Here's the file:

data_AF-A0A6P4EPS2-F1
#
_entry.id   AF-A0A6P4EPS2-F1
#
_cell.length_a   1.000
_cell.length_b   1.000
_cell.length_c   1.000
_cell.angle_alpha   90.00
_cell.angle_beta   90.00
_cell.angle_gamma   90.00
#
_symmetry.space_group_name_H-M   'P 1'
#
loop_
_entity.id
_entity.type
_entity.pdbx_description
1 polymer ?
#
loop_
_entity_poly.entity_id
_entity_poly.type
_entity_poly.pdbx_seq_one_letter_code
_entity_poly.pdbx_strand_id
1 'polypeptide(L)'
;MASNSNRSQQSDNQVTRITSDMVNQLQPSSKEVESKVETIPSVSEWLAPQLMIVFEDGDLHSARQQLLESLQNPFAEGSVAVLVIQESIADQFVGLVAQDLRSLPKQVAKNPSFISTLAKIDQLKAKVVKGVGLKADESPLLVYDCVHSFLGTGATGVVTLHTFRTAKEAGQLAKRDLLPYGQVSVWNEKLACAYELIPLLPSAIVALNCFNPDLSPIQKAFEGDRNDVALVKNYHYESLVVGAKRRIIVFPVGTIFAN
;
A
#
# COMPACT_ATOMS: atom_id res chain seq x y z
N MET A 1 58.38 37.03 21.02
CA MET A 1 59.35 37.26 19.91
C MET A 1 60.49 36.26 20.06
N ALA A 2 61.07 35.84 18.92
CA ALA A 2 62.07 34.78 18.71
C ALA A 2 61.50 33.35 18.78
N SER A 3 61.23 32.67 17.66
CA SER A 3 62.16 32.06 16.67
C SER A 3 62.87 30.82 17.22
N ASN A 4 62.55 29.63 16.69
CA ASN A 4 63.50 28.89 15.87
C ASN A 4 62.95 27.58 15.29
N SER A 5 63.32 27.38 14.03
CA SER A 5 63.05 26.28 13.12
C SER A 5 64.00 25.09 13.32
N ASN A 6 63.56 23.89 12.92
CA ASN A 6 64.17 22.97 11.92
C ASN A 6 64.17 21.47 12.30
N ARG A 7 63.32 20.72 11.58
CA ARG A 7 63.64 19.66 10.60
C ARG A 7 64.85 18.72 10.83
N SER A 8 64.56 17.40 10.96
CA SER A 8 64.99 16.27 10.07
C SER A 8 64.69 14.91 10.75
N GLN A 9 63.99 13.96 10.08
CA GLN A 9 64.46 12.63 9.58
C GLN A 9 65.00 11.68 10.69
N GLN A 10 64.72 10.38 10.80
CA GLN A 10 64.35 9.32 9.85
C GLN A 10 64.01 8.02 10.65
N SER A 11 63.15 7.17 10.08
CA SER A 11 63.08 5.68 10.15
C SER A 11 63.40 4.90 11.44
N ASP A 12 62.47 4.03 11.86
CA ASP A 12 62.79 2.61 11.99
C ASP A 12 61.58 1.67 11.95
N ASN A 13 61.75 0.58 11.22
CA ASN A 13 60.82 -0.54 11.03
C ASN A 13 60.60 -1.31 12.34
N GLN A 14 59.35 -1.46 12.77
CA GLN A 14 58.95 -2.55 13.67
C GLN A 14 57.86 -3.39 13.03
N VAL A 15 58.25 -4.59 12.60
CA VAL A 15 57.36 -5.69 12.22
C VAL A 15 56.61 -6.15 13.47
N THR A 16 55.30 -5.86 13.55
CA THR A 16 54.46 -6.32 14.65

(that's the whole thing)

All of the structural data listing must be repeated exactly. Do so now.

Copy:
data_AF-A0A6P4EPS2-F1
#
_entry.id   AF-A0A6P4EPS2-F1
#
_cell.length_a   1.000
_cell.length_b   1.000
_cell.length_c   1.000
_cell.angle_alpha   90.00
_cell.angle_beta   90.00
_cell.angle_gamma   90.00
#
_symmetry.space_group_name_H-M   'P 1'
#
loop_
_entity.id
_entity.type
_entity.pdbx_description
1 polymer ?
#
loop_
_entity_poly.entity_id
_entity_poly.type
_entity_poly.pdbx_seq_one_letter_code
_entity_poly.pdbx_strand_id
1 'polypeptide(L)'
;MASNSNRSQQSDNQVTRITSDMVNQLQPSSKEVESKVETIPSVSEWLAPQLMIVFEDGDLHSARQQLLESLQNPFAEGSVAVLVIQESIADQFVGLVAQDLRSLPKQVAKNPSFISTLAKIDQLKAKVVKGVGLKADESPLLVYDCVHSFLGTGATGVVTLHTFRTAKEAGQLAKRDLLPYGQVSVWNEKLACAYELIPLLPSAIVALNCFNPDLSPIQKAFEGDRNDVALVKNYHYESLVVGAKRRIIVFPVGTIFAN
;
A
#
# COMPACT_ATOMS: atom_id res chain seq x y z
N MET A 1 58.38 37.03 21.02
CA MET A 1 59.35 37.26 19.91
C MET A 1 60.49 36.26 20.06
N ALA A 2 61.07 35.84 18.92
CA ALA A 2 62.07 34.78 18.71
C ALA A 2 61.50 33.35 18.78
N SER A 3 61.23 32.67 17.66
CA SER A 3 62.16 32.06 16.67
C SER A 3 62.87 30.82 17.22
N ASN A 4 62.55 29.63 16.69
CA ASN A 4 63.50 28.89 15.87
C ASN A 4 62.95 27.58 15.29
N SER A 5 63.32 27.38 14.03
CA SER A 5 63.05 26.28 13.12
C SER A 5 64.00 25.09 13.32
N ASN A 6 63.56 23.89 12.92
CA ASN A 6 64.17 22.97 11.92
C ASN A 6 64.17 21.47 12.30
N ARG A 7 63.32 20.72 11.58
CA ARG A 7 63.64 19.66 10.60
C ARG A 7 64.85 18.72 10.83
N SER A 8 64.56 17.40 10.96
CA SER A 8 64.99 16.27 10.07
C SER A 8 64.69 14.91 10.75
N GLN A 9 63.99 13.96 10.08
CA GLN A 9 64.46 12.63 9.58
C GLN A 9 65.00 11.68 10.69
N GLN A 10 64.72 10.38 10.80
CA GLN A 10 64.35 9.32 9.85
C GLN A 10 64.01 8.02 10.65
N SER A 11 63.15 7.17 10.08
CA SER A 11 63.08 5.68 10.15
C SER A 11 63.40 4.90 11.44
N ASP A 12 62.47 4.03 11.86
CA ASP A 12 62.79 2.61 11.99
C ASP A 12 61.58 1.67 11.95
N ASN A 13 61.75 0.58 11.22
CA ASN A 13 60.82 -0.54 11.03
C ASN A 13 60.60 -1.31 12.34
N GLN A 14 59.35 -1.46 12.77
CA GLN A 14 58.95 -2.55 13.67
C GLN A 14 57.86 -3.39 13.03
N VAL A 15 58.25 -4.59 12.60
CA VAL A 15 57.36 -5.69 12.22
C VAL A 15 56.61 -6.15 13.47
N THR A 16 55.30 -5.86 13.55
CA THR A 16 54.46 -6.32 14.65